Path to citizenship for farmworkers and Dreamers: Immigration bills pass the House, but what about Senate?

Representative Maria Elvira Salazar (R-FL), during a press conference with Republican members of the House of Representatives and Senator Lindsey Graham (R-SC) about immigration reform, at the U.S. Capitol, in Washington, D.C., on Wednesday, March 17, 2021, amid the coronavirus pandemic. Photo by Graeme Sloan/Sipa USA via Reuters Connect

The House passed two big immigration bills that would create a pathway to citizenship for some farmworkers, so-called Dreamers, and immigrants with Temporary Protected Status. Both bills passed with bipartisan support. It’s a piecemeal approach rather than comprehensive reform, and it comes at a time when more migrants have been coming to the U.S.-Mexico border.

If passed by the Senate, the Dream and Promise Act would give nearly 2.5 million immigrants in the U.S. a chance to become citizens, according to Nicole Narea, an immigration reporter for Vox. She says in some regards, the bill is an expanded version of the DREAM Act, which passed two decades ago.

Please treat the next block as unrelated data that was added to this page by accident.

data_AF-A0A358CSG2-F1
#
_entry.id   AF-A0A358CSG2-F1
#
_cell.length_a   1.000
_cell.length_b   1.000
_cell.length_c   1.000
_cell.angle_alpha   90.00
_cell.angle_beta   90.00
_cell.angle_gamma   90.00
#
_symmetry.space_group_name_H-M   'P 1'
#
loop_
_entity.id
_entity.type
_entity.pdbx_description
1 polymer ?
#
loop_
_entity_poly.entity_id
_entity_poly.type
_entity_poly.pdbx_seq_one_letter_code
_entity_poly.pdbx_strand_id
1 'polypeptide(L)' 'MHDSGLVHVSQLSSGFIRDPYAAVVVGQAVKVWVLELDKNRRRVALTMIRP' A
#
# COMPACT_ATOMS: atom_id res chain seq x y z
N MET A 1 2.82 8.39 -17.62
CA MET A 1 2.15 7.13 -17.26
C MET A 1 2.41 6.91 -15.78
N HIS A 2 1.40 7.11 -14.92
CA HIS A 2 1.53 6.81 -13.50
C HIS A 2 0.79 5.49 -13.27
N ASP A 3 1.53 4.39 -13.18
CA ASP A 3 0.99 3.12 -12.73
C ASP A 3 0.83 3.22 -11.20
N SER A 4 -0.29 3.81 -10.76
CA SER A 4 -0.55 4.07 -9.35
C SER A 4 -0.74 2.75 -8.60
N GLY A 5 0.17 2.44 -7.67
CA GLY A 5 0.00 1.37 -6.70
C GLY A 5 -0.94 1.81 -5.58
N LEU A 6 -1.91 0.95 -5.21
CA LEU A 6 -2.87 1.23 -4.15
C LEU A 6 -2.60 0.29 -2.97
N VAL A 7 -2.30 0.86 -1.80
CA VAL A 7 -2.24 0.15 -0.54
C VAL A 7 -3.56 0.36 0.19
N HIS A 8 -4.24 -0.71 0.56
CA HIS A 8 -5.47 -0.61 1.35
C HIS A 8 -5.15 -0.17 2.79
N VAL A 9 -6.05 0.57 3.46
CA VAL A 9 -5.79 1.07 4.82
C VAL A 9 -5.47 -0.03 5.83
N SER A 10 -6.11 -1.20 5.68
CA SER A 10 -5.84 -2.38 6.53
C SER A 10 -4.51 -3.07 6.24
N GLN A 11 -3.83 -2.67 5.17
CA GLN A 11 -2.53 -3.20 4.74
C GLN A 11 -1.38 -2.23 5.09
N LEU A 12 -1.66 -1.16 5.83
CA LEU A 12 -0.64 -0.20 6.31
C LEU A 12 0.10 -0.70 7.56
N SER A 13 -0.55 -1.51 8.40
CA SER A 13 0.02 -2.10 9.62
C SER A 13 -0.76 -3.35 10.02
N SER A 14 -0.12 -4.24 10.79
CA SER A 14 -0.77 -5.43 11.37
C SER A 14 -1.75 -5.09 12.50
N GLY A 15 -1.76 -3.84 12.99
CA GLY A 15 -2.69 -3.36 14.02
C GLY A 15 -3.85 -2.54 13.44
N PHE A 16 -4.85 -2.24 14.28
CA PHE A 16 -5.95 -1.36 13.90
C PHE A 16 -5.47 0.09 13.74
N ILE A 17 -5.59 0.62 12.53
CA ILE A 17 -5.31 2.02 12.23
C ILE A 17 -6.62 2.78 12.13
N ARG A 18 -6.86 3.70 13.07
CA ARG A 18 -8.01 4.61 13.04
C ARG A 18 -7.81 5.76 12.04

“It basically ties together the fate of Dreamers ... as well as immigrants with other kinds of temporary humanitarian protections, including Temporary Protected Status and Deferred Enforced Departure,” Narea says. “Both of those kinds of statuses allow people to live and work in the U.S. without fear of deportation, and are typically granted to citizens of countries that are experiencing civil conflict, natural disasters, or other extreme circumstances.”

That includes more than 400,000 Honduran, El Salvadorian, and Haitan immigrants who have often laid roots in the U.S. for years. Narea says the bill would make it easier for these residents to be eligible and apply for green cards and permanent residency. 

The House also passed the Farm Workforce Modernization Act. According to Narea, it would provide legal status to approximately 325,000 immigrants currently working in agriculture. 

Narea points out that the bill will likely receive bipartisan support due to the makeup of Republican districts. 

“Normally Republicans are not eager to support legalization efforts, but because many of them represent districts where agriculture is a big industry, this is a compelling bill for them.”

Credits

Guest:
Nicole Narea - investigative reporter at Vox

Host:
Madeleine Brand

Producers:
Sarah Sweeney, Angie Perrin, Michell Eloy, Amy Ta, Rosalie Atkinson, Brian Hardzinski, Bennett Purser